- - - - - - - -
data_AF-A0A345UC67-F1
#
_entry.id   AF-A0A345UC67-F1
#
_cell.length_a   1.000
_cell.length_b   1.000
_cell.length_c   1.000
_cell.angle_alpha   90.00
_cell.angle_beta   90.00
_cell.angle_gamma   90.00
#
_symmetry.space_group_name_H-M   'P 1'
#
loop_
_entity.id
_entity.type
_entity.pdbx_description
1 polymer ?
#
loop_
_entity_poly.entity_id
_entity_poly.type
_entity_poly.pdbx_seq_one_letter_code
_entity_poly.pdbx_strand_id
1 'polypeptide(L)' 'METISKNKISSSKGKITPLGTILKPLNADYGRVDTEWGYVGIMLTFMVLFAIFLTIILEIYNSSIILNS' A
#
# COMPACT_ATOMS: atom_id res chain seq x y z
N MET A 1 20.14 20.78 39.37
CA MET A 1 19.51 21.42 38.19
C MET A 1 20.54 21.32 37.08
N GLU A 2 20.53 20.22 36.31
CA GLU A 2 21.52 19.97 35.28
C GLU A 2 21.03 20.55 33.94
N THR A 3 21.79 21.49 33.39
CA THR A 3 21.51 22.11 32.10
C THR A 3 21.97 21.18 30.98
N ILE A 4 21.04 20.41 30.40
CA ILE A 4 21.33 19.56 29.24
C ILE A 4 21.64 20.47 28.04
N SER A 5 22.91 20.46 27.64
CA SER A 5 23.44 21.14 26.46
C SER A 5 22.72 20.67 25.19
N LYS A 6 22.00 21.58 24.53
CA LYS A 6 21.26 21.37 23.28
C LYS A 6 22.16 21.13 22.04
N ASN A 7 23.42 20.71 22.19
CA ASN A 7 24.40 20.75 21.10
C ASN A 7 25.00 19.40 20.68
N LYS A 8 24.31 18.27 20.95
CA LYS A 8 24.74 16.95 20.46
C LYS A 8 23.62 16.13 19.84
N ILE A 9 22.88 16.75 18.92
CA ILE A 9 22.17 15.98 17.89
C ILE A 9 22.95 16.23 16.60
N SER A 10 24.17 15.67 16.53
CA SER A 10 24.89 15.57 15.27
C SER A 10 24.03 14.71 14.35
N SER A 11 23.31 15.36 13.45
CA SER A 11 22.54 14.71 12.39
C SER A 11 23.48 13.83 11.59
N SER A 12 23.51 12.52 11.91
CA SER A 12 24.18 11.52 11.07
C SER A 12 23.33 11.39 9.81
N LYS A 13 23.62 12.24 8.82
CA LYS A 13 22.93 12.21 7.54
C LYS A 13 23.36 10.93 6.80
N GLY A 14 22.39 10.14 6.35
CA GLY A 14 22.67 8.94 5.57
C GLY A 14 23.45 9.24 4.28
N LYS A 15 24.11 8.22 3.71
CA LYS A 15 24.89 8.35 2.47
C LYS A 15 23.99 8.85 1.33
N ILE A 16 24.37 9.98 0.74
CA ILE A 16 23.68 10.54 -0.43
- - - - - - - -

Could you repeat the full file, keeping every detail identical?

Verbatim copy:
data_AF-A0A345UC67-F1
#
_entry.id   AF-A0A345UC67-F1
#
_cell.length_a   1.000
_cell.length_b   1.000
_cell.length_c   1.000
_cell.angle_alpha   90.00
_cell.angle_beta   90.00
_cell.angle_gamma   90.00
#
_symmetry.space_group_name_H-M   'P 1'
#
loop_
_entity.id
_entity.type
_entity.pdbx_description
1 polymer ?
#
loop_
_entity_poly.entity_id
_entity_poly.type
_entity_poly.pdbx_seq_one_letter_code
_entity_poly.pdbx_strand_id
1 'polypeptide(L)' 'METISKNKISSSKGKITPLGTILKPLNADYGRVDTEWGYVGIMLTFMVLFAIFLTIILEIYNSSIILNS' A
#
# COMPACT_ATOMS: atom_id res chain seq x y z
N MET A 1 20.14 20.78 39.37
CA MET A 1 19.51 21.42 38.19
C MET A 1 20.54 21.32 37.08
N GLU A 2 20.53 20.22 36.31
CA GLU A 2 21.52 19.97 35.28
C GLU A 2 21.03 20.55 33.94
N THR A 3 21.79 21.49 33.39
CA THR A 3 21.51 22.11 32.10
C THR A 3 21.97 21.18 30.98
N ILE A 4 21.04 20.41 30.40
CA ILE A 4 21.33 19.56 29.24
C ILE A 4 21.64 20.47 28.04
N SER A 5 22.91 20.46 27.64
CA SER A 5 23.44 21.14 26.46
C SER A 5 22.72 20.67 25.19
N LYS A 6 22.00 21.58 24.53
CA LYS A 6 21.26 21.37 23.28
C LYS A 6 22.16 21.13 22.04
N ASN A 7 23.42 20.71 22.19
CA ASN A 7 24.40 20.75 21.10
C ASN A 7 25.00 19.40 20.68
N LYS A 8 24.31 18.27 20.95
CA LYS A 8 24.74 16.95 20.46
C LYS A 8 23.62 16.13 19.84
N ILE A 9 22.88 16.75 18.92
CA ILE A 9 22.17 15.98 17.89
C ILE A 9 22.95 16.23 16.60
N SER A 10 24.17 15.67 16.53
CA SER A 10 24.89 15.57 15.27
C SER A 10 24.03 14.71 14.35
N SER A 11 23.31 15.36 13.45
CA SER A 11 22.54 14.71 12.39
C SER A 11 23.48 13.83 11.59
N SER A 12 23.51 12.52 11.91
CA SER A 12 24.18 11.52 11.07
C SER A 12 23.33 11.39 9.81
N LYS A 13 23.62 12.24 8.82
CA LYS A 13 22.93 12.21 7.54
C LYS A 13 23.36 10.93 6.80
N GLY A 14 22.39 10.14 6.35
CA GLY A 14 22.67 8.94 5.57
C GLY A 14 23.45 9.24 4.28
N LYS A 15 24.11 8.22 3.71
CA LYS A 15 24.89 8.35 2.47
C LYS A 15 23.99 8.85 1.33
N ILE A 16 24.37 9.98 0.74
CA ILE A 16 23.68 10.54 -0.43